Last edited by Doozergirl; 08-07-2017 at 8:44 AM.
    Everything that is supposed to be in heaven is already here on earth.
    • Notsurebut
    • By Notsurebut 8th Jul 17, 8:41 AM
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    • 13 Thanks
    Notsurebut
    " boundary walls can be hidden" ...exactly. behind the fence which I shall be having put up a couple of inches away from the junction line.

    See my further note posted above.

    I'm at the point of being fed up with their high handed dictates, and am now taking the appropriate steps to protect my interests.

    Such a shame its come to this ; we built an extension a good few years back on our house at the time, and kept in constant verbal communication all the way through with both sets of neighbours to check they were all ok with the plans and work.
    • AndyMc.....
    • By AndyMc..... 8th Jul 17, 8:43 AM
    • 731 Posts
    • 557 Thanks
    AndyMc.....
    True that OP needs to be aware they might deliberately muck up the look of the wall - but boundary walls can be hidden one way or another if it comes to that.

    But OP needs to weigh that up against invasion of his privacy/not being able to use his garden as normal whilst this is going on/etc.

    Personally I'd probably go for allowing it under extremely close supervision and them having to accept they werent going to hinder my use of my own garden whilst this was going on or store any of their stuff in my garden ditto. This is the attitude I took in my last house - until I found their workmans paint splattered on my plants and the neighbour refused to put matters right (ie buy me new plants). After that I had to refuse access full stop.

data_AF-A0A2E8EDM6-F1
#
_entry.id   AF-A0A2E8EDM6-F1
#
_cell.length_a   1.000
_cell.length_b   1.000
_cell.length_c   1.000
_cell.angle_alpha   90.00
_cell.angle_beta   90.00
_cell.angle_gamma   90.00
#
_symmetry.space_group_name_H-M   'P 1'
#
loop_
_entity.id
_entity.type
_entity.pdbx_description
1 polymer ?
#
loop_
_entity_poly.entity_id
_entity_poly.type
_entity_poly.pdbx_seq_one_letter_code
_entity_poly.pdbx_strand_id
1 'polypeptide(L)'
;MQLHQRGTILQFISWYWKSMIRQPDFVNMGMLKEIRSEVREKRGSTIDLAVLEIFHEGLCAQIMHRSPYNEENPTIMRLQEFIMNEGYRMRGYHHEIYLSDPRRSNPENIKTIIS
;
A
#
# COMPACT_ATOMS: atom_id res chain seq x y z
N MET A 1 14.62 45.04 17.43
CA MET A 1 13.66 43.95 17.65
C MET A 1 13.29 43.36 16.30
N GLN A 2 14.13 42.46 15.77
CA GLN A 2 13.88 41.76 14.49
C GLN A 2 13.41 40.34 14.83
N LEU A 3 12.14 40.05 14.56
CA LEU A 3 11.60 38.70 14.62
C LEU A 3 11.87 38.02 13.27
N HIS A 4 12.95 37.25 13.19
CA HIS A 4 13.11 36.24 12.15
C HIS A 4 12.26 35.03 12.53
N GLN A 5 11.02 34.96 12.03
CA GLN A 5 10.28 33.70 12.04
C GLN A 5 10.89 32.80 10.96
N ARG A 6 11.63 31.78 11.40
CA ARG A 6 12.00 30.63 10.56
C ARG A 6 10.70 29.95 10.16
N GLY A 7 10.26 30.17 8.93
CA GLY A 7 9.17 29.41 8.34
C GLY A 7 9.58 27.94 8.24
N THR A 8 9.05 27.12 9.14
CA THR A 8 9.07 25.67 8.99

I allowed access on current house - until the same thing happened and I found there had been damage to my property and the neighbour this time refusing to put things right as well.

    Now I just don't allow access here either full stop. Otherwise things land up going "one way" - as I've ensured damage was put right where my workmen caused it before. What's the point of me "doing the right thing" if neighbours don't?
    Originally posted by moneyistooshorttomention
    What do you mean by extremely close supervision? Sound like you'd stand in your garden for the full length of the build.
    • Doozergirl
    • By Doozergirl 8th Jul 17, 8:45 AM
    • 23,578 Posts
    • 65,737 Thanks
    Doozergirl
    What do you mean by extremely close supervision? Sound like you'd stand in your garden for the full length of the build.
    Originally posted by AndyMc.....
    The builder will love that.
    Everything that is supposed to be in heaven is already here on earth.
    • Davesnave
    • By Davesnave 8th Jul 17, 8:58 AM
    • 22,925 Posts
    • 88,081 Thanks
    Davesnave
    The builder will love that.
    Originally posted by Doozergirl
    There's probably nothing a tradesperson hates more than being in the crossfire between two adversarial neighbours, except perhaps being closely supervised by the one who's not paying.

    That's when those little 'accidents' tend to happen!